On January 1st, conflict in the Upper Gulf of California intensified following collision of a vessel of the Sea Shephard environmental organization with a fishermen’s panga.
The Secretary of the Mexican Navy (SEMAR) detailed on the morning of January 1st, the “Sharpie” and the “Farley Mowat” of the Sea Shepherd non-governmental-organization were working to remove illegal fishing nets from within the polygon meant to help protect the endangered vaquita marina. Fishermen aboard smaller panga skiffs started throwing homemade explosives at the two larger vessels.
According to the report, during the Farley Mowat’s defensive maneuvers to leave the area, a small panga intentionally crossed in front of the larger boat, leading to a collision and subsequent injury of the two fishermen on board. Sea Shepherd’s “Sharpie” took part in rescue efforts of the injured fishermen, though one of the fishermen has since died from his injuries. Both fishermen were from San Felipe.
The event, along with subsequent protest and fires in San Felipe, has furthered a call from a local governmental representative for Sea Shepherd to leave the Upper Gulf in the Sea of Cortez. Representative Jesús Salvador Minor Mora of Baja California presented the Permanent Congressional Commission of the Union with a Point of Agreement, calling for the Ministry of the Navy and the Ministry of the Environment and Natural Resources to immediately assume responsibilities concerning sustainable and security preservation and ecological protection in the Upper Gulf of California.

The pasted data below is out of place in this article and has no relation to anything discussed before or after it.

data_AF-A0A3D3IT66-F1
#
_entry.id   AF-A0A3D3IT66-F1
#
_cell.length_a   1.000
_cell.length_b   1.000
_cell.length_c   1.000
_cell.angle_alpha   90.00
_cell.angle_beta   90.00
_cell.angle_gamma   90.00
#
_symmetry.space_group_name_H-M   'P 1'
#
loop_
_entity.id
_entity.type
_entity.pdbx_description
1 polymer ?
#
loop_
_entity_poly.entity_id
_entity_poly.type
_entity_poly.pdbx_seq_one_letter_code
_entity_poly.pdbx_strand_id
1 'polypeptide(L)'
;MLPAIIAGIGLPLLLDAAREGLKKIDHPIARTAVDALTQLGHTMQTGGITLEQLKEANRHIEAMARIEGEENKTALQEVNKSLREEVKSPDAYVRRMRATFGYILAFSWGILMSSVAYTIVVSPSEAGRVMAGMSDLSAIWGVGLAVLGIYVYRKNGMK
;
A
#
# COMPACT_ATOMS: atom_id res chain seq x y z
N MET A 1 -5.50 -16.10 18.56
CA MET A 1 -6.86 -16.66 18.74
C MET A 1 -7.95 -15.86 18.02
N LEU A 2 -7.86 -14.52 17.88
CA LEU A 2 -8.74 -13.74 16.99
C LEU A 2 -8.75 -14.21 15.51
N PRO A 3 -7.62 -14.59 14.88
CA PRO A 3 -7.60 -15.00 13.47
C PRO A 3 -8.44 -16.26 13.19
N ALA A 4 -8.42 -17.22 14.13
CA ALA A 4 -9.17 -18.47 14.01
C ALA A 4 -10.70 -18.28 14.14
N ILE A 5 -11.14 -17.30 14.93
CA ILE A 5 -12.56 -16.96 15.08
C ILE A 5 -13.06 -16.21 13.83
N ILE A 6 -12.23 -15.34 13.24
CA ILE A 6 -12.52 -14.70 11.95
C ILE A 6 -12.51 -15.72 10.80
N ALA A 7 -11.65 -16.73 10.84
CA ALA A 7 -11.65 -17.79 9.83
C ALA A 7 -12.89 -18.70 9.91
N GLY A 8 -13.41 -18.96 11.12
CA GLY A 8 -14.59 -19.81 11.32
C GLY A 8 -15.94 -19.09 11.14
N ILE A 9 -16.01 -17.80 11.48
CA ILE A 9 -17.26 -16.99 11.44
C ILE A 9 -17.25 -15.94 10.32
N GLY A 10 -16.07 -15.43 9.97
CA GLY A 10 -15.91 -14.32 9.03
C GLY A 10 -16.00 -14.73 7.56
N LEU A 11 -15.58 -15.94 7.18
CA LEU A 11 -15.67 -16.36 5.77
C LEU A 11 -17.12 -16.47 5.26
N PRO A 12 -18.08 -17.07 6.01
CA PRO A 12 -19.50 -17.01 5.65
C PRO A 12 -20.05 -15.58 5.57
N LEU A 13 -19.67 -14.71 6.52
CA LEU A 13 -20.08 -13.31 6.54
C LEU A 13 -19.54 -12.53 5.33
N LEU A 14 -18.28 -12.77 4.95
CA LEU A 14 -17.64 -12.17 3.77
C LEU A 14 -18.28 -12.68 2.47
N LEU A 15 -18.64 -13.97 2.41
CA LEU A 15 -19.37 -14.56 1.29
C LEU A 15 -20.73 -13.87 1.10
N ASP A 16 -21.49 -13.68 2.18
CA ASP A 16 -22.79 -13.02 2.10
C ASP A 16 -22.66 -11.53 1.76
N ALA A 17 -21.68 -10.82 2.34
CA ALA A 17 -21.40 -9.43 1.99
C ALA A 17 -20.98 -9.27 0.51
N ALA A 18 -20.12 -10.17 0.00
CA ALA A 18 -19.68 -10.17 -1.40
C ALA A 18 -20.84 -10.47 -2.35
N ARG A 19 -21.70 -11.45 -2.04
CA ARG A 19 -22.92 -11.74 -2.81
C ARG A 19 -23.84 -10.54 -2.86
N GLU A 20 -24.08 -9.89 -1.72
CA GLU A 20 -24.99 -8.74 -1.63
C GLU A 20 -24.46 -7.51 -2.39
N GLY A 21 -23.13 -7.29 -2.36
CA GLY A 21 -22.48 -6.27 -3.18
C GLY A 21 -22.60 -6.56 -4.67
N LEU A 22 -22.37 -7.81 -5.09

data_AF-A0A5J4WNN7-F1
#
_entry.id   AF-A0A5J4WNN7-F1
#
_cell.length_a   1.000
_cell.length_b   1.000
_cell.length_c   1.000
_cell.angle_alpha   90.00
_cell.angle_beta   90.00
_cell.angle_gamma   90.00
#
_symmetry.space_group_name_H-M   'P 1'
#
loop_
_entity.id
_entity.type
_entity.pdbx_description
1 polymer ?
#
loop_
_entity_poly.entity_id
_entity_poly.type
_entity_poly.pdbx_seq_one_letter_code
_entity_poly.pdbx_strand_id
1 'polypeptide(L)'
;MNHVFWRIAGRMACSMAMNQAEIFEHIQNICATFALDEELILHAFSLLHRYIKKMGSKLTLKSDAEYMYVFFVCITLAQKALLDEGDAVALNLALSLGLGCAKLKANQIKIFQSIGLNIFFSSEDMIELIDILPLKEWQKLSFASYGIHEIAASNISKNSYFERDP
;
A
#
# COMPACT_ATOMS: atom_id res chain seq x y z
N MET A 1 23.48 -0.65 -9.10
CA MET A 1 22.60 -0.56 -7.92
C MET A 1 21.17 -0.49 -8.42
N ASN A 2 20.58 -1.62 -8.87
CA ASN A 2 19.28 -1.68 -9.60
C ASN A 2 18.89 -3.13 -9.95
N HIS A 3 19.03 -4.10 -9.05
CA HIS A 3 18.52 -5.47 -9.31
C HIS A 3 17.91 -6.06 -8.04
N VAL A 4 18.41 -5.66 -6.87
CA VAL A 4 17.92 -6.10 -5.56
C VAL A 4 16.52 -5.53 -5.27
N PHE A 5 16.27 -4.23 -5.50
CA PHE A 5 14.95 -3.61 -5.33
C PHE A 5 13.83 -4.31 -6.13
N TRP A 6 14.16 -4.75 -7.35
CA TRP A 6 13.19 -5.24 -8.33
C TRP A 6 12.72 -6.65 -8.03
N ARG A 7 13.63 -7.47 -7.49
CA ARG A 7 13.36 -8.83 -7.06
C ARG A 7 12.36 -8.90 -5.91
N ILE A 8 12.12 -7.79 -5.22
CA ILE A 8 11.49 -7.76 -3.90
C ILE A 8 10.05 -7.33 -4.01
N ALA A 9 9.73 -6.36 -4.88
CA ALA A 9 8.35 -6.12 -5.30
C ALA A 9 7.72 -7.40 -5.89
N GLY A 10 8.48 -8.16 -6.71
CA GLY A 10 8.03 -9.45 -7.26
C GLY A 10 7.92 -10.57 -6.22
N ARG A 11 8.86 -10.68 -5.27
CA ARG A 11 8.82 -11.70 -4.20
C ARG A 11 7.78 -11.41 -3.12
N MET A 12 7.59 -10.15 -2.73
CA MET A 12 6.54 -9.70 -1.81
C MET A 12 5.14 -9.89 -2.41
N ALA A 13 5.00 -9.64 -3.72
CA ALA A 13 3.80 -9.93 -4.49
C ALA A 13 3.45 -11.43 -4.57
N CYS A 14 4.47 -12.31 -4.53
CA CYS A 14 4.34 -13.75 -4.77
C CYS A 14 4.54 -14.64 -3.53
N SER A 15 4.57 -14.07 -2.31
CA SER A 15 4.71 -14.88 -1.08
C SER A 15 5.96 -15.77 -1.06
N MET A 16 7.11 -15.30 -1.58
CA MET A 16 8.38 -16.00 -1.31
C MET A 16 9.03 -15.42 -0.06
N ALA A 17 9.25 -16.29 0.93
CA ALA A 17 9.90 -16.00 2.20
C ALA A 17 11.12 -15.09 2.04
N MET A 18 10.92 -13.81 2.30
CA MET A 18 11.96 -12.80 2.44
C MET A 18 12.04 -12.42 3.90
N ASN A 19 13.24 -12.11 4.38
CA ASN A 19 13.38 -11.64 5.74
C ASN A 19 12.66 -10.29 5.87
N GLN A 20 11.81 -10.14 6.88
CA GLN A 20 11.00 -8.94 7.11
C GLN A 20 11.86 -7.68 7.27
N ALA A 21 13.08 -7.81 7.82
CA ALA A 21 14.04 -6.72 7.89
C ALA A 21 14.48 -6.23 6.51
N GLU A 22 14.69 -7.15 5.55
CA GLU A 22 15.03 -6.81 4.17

A 2019 agreement between Mexico’s Federal Protection Agency (PROFEPA) and Sea Shepherd is currently in place through September 30, 2024, encompassing the provisions of technical resources as well as material and staff in helping to release or rescue sea species from trafficking practices or that have been caught in illegal nets.
This is just the latest in a series of attacks perpetrated against the Sea Shepherd recently. Lorenzo García, chair of the San Felipe Coastal Fishermen’s Federation, expressed there are deep-rooted feelings toward monitoring efforts of the Sea Shepherd, which many feel can be done by the Mexican authorities. At the same time, Garcia noted, the Navy and other authorities must act firmly against illegal fishing as it impacts the entire community and the fishing sector in particular.